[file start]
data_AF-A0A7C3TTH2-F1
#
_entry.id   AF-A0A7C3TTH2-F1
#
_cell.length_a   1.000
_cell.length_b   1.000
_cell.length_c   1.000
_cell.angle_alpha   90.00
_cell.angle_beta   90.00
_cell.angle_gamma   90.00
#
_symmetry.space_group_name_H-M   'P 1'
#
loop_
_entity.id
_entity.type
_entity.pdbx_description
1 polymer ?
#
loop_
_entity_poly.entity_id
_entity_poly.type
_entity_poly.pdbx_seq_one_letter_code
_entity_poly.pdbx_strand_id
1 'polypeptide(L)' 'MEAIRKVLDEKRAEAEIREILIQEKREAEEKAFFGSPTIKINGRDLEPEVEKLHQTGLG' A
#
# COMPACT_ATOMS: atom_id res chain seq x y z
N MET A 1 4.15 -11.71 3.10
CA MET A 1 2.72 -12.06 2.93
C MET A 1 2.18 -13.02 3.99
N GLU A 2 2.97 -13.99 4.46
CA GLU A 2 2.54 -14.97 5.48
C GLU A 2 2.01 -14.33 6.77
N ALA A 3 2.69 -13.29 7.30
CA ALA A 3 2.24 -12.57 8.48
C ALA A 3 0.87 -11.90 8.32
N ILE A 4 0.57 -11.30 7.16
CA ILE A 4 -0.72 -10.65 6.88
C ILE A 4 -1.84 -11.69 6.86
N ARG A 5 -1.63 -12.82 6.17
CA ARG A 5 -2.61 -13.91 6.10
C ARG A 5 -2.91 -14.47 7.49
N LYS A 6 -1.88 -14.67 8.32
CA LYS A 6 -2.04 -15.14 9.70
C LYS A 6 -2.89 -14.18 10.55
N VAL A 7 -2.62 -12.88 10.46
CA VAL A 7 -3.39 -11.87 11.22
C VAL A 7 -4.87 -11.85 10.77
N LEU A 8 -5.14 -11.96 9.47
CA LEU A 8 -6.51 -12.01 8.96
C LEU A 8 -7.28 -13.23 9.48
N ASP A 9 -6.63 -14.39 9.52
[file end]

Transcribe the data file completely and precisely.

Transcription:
data_AF-A0A7C3TTH2-F1
#
_entry.id   AF-A0A7C3TTH2-F1
#
_cell.length_a   1.000
_cell.length_b   1.000
_cell.length_c   1.000
_cell.angle_alpha   90.00
_cell.angle_beta   90.00
_cell.angle_gamma   90.00
#
_symmetry.space_group_name_H-M   'P 1'
#
loop_
_entity.id
_entity.type
_entity.pdbx_description
1 polymer ?
#
loop_
_entity_poly.entity_id
_entity_poly.type
_entity_poly.pdbx_seq_one_letter_code
_entity_poly.pdbx_strand_id
1 'polypeptide(L)' 'MEAIRKVLDEKRAEAEIREILIQEKREAEEKAFFGSPTIKINGRDLEPEVEKLHQTGLG' A
#
# COMPACT_ATOMS: atom_id res chain seq x y z
N MET A 1 4.15 -11.71 3.10
CA MET A 1 2.72 -12.06 2.93
C MET A 1 2.18 -13.02 3.99
N GLU A 2 2.97 -13.99 4.46
CA GLU A 2 2.54 -14.97 5.48
C GLU A 2 2.01 -14.33 6.77
N ALA A 3 2.69 -13.29 7.30
CA ALA A 3 2.24 -12.57 8.48
C ALA A 3 0.87 -11.90 8.32
N ILE A 4 0.57 -11.30 7.16
CA ILE A 4 -0.72 -10.65 6.88
C ILE A 4 -1.84 -11.69 6.86
N ARG A 5 -1.63 -12.82 6.17
CA ARG A 5 -2.61 -13.91 6.10
C ARG A 5 -2.91 -14.47 7.49
N LYS A 6 -1.88 -14.67 8.32
CA LYS A 6 -2.04 -15.14 9.70
C LYS A 6 -2.89 -14.18 10.55
N VAL A 7 -2.62 -12.88 10.46
CA VAL A 7 -3.39 -11.87 11.22
C VAL A 7 -4.87 -11.85 10.77
N LEU A 8 -5.14 -11.96 9.47
CA LEU A 8 -6.51 -12.01 8.96
C LEU A 8 -7.28 -13.23 9.48
N ASP A 9 -6.63 -14.39 9.52